What Should an Addiction Treatment Center Be Doing to Keep Patients Safe?

There are a number of different things an addiction treatment center should do to protect patients, staff, and anyone who visits the center.

  • Understand the symptoms of COVID-19 – Treatment centers should keep up with the latest information about COVID-19, including its symptoms and how it presents.
  • Screen for symptoms – The center should screen all new potential clients before they are admitted. Patients should provide all necessary information, including if they have had any symptoms of COVID-19 and if they have been in contact with anyone who has the virus.
  • Follow CDC guidelines – The treatment center needs to follow all of the Centers for Disease Control guidelines. They should implement any new guidelines that are released.
  • Utilize other methods of communication where possible – Staff members should conduct interviews, conferences, and even therapy sessions over the phone or video conferencing whenever they can. The treatment center should also consider using contactless delivery and other methods to cut down on as much interpersonal contact as possible.
  • Monitor clients and staff for symptoms daily – Everyone who comes into the center should have their temperature taken. Staff should monitor patients for signs of COVID and should report any symptoms they have.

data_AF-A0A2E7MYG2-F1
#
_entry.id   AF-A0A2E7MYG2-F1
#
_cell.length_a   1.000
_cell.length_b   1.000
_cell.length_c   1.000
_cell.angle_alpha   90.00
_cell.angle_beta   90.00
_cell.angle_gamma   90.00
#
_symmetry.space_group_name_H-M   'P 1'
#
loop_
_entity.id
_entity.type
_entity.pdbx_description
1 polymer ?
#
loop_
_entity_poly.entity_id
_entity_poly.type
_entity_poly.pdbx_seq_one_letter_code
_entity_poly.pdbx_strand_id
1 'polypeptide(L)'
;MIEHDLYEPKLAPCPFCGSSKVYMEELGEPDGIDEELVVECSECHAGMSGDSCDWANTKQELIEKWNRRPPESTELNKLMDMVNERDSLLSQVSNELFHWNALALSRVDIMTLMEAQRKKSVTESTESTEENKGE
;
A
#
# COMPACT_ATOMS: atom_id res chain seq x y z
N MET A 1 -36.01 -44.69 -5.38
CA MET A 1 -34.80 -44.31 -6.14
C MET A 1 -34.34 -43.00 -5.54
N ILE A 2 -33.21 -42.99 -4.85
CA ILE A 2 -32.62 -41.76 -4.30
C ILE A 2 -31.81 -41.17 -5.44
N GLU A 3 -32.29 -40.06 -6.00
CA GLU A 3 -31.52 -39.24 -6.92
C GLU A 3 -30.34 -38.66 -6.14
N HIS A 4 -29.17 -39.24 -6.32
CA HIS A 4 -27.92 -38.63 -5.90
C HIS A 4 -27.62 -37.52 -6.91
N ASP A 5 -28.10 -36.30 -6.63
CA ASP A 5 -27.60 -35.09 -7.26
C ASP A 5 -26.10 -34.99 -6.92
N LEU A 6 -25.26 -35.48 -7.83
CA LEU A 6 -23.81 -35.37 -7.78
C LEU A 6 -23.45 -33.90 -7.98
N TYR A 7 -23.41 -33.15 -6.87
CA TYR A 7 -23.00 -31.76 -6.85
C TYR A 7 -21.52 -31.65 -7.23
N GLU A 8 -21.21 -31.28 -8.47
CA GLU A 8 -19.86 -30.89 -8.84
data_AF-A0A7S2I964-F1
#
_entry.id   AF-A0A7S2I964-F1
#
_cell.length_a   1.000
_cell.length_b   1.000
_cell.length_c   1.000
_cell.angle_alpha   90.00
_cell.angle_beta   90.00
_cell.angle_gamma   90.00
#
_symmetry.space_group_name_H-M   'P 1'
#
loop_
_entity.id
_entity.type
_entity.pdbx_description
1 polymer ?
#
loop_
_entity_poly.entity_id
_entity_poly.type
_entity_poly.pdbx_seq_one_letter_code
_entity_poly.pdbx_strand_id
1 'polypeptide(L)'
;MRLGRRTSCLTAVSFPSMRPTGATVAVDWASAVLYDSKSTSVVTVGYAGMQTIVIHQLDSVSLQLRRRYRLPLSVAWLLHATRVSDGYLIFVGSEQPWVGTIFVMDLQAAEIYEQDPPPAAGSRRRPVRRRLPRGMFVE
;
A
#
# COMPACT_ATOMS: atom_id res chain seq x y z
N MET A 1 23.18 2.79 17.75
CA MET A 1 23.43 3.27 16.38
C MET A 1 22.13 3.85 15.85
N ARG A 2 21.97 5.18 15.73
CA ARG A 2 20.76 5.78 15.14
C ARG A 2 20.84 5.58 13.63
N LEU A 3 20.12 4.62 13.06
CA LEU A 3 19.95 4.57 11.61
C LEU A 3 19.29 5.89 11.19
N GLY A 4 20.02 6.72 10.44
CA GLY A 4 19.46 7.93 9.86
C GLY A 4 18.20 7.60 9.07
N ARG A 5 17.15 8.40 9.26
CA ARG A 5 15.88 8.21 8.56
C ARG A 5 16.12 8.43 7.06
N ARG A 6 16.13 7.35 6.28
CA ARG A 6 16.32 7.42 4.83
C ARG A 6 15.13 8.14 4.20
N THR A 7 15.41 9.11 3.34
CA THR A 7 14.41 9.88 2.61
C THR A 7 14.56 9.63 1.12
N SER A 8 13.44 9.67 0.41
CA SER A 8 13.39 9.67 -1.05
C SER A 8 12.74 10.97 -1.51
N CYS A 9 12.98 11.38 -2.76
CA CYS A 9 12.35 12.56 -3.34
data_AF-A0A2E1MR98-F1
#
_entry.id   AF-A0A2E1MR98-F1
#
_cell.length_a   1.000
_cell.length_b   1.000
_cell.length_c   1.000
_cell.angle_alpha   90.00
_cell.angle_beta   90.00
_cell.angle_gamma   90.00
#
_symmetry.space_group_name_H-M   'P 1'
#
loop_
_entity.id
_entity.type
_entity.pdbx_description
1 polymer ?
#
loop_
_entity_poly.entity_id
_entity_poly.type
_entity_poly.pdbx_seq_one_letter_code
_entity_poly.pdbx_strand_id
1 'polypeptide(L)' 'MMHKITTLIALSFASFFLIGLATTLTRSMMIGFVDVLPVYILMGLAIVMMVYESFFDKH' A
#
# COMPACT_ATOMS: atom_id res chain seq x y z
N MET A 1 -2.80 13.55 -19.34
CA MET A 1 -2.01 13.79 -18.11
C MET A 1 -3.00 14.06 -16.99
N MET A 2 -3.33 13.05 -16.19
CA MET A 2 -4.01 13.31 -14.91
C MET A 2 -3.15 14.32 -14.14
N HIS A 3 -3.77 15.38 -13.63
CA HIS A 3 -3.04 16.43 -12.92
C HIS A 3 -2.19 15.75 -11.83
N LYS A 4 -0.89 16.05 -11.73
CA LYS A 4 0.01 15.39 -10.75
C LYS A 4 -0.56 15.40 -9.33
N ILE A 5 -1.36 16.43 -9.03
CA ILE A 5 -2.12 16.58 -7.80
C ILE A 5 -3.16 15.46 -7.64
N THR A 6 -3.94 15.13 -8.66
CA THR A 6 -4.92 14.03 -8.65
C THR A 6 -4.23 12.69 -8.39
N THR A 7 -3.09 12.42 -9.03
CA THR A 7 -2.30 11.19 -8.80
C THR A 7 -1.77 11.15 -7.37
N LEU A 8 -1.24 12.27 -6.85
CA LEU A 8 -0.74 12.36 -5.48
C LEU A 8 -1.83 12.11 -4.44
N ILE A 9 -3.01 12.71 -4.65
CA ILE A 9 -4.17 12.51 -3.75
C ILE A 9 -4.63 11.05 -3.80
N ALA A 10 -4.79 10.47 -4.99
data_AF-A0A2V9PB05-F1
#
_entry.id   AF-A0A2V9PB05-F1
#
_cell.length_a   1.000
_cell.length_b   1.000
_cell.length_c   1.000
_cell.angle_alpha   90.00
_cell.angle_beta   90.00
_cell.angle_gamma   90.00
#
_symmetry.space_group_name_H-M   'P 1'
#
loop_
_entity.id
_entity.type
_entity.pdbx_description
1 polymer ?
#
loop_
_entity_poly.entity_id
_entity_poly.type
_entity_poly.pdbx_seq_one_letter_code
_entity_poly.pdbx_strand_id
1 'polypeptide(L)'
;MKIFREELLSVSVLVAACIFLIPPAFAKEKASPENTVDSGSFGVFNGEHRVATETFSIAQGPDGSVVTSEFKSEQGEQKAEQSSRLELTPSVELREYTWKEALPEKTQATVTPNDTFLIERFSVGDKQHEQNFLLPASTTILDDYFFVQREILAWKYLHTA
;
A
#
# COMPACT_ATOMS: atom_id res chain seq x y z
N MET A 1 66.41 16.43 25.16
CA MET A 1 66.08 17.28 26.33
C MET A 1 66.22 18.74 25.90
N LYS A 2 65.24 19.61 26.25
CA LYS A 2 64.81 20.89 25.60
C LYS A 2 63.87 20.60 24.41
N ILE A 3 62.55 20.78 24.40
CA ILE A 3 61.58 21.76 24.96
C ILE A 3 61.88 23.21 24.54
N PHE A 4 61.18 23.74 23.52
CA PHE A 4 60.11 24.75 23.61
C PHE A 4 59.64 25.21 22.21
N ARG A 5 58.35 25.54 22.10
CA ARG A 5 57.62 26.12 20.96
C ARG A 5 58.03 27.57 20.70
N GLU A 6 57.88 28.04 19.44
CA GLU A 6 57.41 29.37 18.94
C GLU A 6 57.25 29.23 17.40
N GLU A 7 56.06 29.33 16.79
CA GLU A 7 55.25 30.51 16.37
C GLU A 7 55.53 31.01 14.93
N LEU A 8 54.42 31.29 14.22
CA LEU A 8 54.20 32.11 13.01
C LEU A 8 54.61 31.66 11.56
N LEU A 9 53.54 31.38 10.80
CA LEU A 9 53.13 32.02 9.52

The most important thing we ask our rehab partners to do during the COVID-19 crisis is to take it seriously. With the appropriate measures, the spread of the virus can be greatly reduced. While some of these measures may be inconvenient, being safe is the top priority.

How Are Rehabs Utilizing Technology During this Crisis?

As we mentioned earlier, our treatment centersare doing everything they can to keep patients and potential patients as safe as possible. One way they are doing this is by using technology to socially distance. New patients are being interviewed over the phone or via a video chat program such as Zoom. Outpatient programs are utilizing these options, too. Patients can meet with their therapists from the safety of their own homes instead of traveling to the office or rehab center.

Even support groups for aftercare are going virtual. While most people agree that meeting in person has more of an impact, they also agree that any type of support is better than no support at all.